In the 2015 Library of Congress exhibit, “Beyond the Bus: Rosa Parks’ Lifelong Struggle for Justice,” photographs include documentation of Parks supporting Shirley Chisholm’s 1972 presidential campaign. This exhibit also reveals that “the Mother of the Civil Rights Movement” was an advocate for mental and public health. When I recently discovered the previously unpublished 1973 picture of “Rosa Parks practicing yoga at an event” in the LOC digital archive, I recognized it is a poignant illustration of how Black women’s healing traditions are historical, spiritual, creative, and political. Revealing the Rosa Parks yoga picture publicly for the first time underscores the ability of Black women’s historians to inform national efforts like Minority Mental Health Awareness Month (July) while also bolstering vital community health work of organizations such as the Black Yoga Teachers Alliance.
At a similar time as the LOC exhibit, twenty of Rosa Parks’ nieces and nephews released a book honoring her life and commemorating what would have been her 100th birthday. In the collection, Our Auntie Rosa: The Family of Rosa Parks Remembers her Life and Lessons, both a niece (Sheila McCauley Keys) and nephew (Asheber Macharia) recount Parks accompanying them to yoga class as well as cultivating her own private practice. They wrote,
I came to realize Auntie Rosa had interests that not too many people knew about. Her receptiveness always left me pleasantly surprised. This was especially true when she decided to join us at yoga classes. She really enjoyed it. … (Macharia)
Well into her senior years she has only recently begun practicing yoga. Splendid silver hair gives her away as the oldest student in most of the classes she occasionally attends with family, but she doesn’t care. She’s reached a point when she considers herself a student of life. … Eventually, she learns the movements and yogic principles well enough to practice alone in her home. She’ll answer the door wearing yoga pants…. (McCauley Keys)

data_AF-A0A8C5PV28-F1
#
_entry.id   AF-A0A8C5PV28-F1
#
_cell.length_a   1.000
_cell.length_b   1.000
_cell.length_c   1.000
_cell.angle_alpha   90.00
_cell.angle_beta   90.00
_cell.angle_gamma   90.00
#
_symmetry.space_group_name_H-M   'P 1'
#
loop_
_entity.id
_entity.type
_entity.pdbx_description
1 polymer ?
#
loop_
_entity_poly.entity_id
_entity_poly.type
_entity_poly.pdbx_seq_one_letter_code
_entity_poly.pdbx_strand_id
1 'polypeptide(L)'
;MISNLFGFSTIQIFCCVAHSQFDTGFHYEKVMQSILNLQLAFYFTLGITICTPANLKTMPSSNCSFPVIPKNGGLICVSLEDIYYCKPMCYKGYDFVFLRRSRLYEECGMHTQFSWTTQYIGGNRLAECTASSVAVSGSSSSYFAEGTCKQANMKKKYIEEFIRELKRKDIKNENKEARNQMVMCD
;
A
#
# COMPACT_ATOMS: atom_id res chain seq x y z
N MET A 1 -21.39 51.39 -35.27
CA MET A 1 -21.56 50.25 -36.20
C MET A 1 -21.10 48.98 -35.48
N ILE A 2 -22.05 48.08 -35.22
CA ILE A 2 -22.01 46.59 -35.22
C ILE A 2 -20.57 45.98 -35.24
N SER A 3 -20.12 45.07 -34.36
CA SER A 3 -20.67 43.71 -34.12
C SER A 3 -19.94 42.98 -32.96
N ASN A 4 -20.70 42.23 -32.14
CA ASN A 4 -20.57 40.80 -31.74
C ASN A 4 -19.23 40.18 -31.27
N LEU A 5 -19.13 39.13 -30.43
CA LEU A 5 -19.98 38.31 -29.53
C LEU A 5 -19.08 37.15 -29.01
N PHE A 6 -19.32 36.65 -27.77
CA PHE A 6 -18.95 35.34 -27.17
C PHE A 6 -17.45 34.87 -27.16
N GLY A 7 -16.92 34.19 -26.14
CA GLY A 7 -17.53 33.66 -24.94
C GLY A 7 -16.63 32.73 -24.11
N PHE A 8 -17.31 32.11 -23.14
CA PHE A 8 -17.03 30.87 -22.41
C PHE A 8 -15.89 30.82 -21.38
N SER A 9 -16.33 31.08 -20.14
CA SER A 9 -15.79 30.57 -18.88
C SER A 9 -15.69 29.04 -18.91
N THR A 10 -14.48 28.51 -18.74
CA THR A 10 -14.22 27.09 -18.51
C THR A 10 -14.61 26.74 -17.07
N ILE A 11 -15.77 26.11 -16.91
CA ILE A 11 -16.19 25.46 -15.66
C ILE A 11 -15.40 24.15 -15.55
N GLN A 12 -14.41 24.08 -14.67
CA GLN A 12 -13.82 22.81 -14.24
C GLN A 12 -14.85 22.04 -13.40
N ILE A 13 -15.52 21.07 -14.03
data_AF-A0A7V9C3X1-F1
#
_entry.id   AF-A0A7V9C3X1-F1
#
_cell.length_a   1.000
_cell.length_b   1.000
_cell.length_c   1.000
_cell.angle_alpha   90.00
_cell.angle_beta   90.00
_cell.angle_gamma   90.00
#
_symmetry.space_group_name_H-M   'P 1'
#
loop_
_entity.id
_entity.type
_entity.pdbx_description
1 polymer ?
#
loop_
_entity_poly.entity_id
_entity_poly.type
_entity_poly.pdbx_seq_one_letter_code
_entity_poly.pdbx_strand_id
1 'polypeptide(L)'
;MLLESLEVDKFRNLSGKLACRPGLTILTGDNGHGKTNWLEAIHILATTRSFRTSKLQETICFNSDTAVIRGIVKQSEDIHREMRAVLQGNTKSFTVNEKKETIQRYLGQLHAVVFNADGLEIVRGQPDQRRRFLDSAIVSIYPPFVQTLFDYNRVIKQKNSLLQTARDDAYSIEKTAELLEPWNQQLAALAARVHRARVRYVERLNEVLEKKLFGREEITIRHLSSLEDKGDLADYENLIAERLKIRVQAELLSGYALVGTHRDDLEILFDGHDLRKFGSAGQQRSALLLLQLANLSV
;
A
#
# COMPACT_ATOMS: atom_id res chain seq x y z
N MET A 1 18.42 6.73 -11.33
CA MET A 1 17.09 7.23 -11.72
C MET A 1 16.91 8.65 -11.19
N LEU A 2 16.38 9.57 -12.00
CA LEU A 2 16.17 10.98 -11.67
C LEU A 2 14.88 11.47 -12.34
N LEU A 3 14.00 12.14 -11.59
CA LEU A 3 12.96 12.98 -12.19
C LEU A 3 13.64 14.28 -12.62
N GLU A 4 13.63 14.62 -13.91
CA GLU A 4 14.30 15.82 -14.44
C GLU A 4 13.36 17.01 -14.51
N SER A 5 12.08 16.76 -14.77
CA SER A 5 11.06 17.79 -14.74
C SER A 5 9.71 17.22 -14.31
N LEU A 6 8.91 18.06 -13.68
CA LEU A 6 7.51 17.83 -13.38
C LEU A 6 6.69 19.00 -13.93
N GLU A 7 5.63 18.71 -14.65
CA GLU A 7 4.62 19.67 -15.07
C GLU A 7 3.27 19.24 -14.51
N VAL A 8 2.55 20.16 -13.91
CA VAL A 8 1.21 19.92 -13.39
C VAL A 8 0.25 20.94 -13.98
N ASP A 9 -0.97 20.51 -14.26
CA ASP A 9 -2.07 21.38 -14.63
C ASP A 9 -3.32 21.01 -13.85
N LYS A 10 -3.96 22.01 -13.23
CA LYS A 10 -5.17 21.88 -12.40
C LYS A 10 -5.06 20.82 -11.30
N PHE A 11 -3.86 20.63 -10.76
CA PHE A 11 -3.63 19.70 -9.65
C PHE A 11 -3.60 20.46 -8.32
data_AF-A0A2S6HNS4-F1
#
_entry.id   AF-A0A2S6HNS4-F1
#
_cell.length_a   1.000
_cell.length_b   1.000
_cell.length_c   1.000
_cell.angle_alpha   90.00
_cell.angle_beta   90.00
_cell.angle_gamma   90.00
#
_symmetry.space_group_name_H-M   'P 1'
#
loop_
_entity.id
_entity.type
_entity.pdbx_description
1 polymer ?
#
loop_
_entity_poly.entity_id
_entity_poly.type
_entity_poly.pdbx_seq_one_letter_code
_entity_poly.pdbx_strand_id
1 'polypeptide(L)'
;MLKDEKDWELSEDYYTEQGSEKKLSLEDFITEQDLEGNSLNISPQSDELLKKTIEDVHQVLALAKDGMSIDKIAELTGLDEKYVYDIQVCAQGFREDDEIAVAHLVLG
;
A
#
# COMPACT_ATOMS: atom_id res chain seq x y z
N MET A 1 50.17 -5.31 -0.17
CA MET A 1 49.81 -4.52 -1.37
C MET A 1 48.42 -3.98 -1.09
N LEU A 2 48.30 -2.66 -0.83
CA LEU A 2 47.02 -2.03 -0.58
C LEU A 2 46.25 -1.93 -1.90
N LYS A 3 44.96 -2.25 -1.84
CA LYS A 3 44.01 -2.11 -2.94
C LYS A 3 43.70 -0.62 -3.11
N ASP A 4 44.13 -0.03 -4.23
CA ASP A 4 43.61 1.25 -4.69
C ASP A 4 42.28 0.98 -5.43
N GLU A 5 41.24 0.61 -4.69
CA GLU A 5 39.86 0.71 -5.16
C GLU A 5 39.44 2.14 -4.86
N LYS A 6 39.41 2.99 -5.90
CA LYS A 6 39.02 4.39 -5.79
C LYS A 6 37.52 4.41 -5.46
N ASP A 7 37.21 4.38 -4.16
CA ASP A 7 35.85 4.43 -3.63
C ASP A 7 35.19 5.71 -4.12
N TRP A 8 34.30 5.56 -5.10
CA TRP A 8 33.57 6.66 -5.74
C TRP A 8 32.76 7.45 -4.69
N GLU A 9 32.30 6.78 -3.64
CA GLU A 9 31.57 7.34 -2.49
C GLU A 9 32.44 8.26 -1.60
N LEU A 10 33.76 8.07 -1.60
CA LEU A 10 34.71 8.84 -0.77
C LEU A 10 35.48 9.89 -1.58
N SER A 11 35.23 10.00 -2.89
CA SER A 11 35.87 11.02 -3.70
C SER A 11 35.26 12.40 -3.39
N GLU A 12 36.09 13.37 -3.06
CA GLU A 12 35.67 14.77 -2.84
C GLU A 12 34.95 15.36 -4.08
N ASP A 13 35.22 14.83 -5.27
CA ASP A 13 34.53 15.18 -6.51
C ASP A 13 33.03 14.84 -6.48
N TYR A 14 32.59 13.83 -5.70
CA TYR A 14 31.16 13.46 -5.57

Yoga’s popularity in the United States increased exponentially in the 1970s and ample research links yoga practice to decreased anxiety and depression. African American women, disproportionality impacted by social stressors, also have a long history of yoga awareness and practice.
In her appeal to Congress for mental health support, Henson noted that religious communities often suggest we “pray away” problems. Rosa Parks, a Deaconess at the AME Church in Detroit, personifies the possibility of incorporating a holistic health approach to personal and community health in Black spaces. Yoga was incorporated into programming at the Rosa and Raymond Parks Institute for Self-Development, founded in 1987, and is still taught there in several forums. Fittingly, yoga is also a routine activity at the Rosa Parks Elementary School in San Francisco, California. As health professionals begin to prioritize restorative and preventative public policy that includes practices like yoga, they can turn to historical examples for support and proof of efficacy.
Mental health-centered practices include and extend beyond self-care routines. Angela Davis, who wrote about her yoga and meditation practice while imprisoned for her political activism the 1970s, is one of many voices that rightly cautions against “individual” conceptions of self-care. Long-time advocates like Black Women’s Health Imperative (BWHI) founder Byllye Avery clearly state the need for community building around self-care discussions as a form of consciousness raising. For over forty years, public health educators like BWHI in Washington, D. C. and Center for Black Women’s Wellness in Atlanta, GA have trumpeted education about self-care practices as crucial tools for mental health and advocacy groups like No More Martyrs and Black Ladies in Public Health continue to push in that direction forward.
Source – Truth.AbwH